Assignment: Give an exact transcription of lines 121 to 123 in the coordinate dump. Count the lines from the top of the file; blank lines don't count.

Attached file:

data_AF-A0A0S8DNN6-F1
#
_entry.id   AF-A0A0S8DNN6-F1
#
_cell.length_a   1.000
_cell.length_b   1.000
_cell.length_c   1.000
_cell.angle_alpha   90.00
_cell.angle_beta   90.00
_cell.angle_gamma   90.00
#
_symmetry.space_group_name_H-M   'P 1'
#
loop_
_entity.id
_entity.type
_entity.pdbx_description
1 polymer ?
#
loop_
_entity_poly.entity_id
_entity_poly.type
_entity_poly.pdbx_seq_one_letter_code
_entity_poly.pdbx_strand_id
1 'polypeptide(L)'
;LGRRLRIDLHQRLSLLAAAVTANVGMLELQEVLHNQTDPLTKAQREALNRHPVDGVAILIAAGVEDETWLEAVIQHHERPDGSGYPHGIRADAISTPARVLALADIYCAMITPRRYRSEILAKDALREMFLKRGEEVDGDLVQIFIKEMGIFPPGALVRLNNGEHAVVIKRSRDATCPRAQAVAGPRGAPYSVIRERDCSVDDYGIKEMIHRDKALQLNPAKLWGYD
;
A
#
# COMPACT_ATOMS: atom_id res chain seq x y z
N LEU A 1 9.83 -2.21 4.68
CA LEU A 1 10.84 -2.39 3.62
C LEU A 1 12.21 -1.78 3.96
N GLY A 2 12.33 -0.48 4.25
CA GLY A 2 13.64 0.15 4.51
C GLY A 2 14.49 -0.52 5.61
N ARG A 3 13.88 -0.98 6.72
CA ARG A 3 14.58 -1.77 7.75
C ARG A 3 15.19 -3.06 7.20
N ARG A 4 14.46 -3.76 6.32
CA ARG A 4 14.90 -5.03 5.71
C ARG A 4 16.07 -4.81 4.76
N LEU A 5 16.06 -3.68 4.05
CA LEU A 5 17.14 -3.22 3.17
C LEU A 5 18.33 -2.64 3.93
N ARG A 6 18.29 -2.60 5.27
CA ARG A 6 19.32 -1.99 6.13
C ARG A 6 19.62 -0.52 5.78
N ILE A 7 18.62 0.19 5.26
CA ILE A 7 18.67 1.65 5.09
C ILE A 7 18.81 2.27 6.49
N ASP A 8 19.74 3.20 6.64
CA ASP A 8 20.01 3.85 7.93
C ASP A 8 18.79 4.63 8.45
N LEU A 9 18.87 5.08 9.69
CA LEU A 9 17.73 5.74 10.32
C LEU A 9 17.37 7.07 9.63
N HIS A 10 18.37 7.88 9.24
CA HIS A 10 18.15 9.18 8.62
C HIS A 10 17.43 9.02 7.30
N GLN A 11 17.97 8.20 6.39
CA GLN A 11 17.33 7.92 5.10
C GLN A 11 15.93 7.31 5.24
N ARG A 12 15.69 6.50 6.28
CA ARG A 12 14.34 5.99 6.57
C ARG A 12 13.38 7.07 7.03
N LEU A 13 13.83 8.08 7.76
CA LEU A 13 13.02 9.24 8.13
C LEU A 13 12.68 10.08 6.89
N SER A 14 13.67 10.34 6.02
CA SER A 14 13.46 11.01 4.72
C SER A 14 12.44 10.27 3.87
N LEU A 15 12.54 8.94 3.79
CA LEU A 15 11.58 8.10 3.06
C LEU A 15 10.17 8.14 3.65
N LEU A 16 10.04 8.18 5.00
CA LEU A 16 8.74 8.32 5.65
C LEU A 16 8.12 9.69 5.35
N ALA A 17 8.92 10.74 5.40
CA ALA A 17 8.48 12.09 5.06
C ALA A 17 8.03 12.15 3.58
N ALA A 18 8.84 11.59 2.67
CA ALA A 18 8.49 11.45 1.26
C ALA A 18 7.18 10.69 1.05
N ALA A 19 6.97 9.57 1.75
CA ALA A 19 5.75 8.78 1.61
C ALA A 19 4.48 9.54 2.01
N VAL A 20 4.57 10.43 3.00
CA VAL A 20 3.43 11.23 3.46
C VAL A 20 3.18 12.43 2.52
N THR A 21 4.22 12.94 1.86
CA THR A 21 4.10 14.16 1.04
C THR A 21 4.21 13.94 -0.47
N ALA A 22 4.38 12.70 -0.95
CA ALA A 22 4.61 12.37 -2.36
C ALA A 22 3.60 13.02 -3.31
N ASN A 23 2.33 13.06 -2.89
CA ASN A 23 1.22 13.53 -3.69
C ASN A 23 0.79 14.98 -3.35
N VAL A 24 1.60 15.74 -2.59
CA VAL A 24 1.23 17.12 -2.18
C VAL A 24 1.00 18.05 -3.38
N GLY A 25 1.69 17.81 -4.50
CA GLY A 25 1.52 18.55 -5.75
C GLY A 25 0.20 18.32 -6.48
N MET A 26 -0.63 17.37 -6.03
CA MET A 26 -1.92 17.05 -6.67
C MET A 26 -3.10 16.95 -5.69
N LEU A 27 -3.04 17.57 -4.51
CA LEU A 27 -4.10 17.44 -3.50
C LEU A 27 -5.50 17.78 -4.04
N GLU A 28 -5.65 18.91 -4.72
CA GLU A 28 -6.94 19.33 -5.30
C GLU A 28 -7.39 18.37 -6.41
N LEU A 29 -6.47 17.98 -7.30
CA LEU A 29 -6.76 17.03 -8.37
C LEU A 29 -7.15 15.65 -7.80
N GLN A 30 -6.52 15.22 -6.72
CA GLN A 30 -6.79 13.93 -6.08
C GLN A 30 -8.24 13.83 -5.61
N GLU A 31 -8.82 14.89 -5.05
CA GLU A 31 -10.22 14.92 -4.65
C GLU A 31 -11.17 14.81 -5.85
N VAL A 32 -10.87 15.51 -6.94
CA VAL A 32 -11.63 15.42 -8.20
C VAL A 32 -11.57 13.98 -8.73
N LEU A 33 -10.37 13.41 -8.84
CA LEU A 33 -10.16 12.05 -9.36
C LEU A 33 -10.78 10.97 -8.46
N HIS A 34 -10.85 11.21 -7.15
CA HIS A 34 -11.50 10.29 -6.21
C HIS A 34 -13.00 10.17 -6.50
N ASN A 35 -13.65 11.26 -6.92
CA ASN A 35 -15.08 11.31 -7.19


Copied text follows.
N GLU A 31 -8.82 14.89 -5.05
CA GLU A 31 -10.22 14.92 -4.65
C GLU A 31 -11.17 14.81 -5.85